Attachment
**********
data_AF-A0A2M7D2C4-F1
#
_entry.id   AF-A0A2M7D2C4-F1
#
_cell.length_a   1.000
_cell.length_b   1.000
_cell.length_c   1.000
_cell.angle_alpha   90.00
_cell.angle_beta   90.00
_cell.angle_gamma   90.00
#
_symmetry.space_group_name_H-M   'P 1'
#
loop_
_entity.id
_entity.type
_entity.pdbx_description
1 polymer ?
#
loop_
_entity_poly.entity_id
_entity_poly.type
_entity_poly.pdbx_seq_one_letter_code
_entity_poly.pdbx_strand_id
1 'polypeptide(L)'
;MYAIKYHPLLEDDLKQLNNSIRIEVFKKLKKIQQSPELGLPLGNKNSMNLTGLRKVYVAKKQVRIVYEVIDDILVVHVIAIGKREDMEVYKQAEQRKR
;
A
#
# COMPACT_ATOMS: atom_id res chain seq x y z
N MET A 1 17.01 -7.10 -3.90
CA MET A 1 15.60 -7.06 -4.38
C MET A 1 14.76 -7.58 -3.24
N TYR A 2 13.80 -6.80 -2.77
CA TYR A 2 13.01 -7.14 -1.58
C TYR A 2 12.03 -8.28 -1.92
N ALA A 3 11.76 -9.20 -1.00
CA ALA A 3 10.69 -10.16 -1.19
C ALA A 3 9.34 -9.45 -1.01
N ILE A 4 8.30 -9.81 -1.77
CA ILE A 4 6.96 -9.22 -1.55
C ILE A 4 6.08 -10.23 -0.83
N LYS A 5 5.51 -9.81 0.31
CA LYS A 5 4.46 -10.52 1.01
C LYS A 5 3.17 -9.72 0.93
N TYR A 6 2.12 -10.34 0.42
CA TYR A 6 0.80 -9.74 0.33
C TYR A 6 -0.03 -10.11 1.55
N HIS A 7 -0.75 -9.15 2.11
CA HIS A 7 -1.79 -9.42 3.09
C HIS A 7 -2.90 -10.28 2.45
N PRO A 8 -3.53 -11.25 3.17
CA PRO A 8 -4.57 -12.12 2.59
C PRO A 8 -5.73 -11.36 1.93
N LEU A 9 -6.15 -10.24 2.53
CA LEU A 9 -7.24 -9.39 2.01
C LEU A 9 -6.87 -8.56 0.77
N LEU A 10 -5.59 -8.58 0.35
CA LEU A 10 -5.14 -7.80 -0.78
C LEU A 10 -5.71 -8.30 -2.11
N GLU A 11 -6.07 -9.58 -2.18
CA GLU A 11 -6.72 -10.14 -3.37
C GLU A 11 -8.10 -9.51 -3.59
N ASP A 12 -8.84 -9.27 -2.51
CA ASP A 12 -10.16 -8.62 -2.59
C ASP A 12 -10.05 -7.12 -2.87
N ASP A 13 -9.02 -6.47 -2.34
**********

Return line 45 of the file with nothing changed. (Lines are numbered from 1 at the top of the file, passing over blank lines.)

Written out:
C LYS A 5 3.17 -9.72 0.93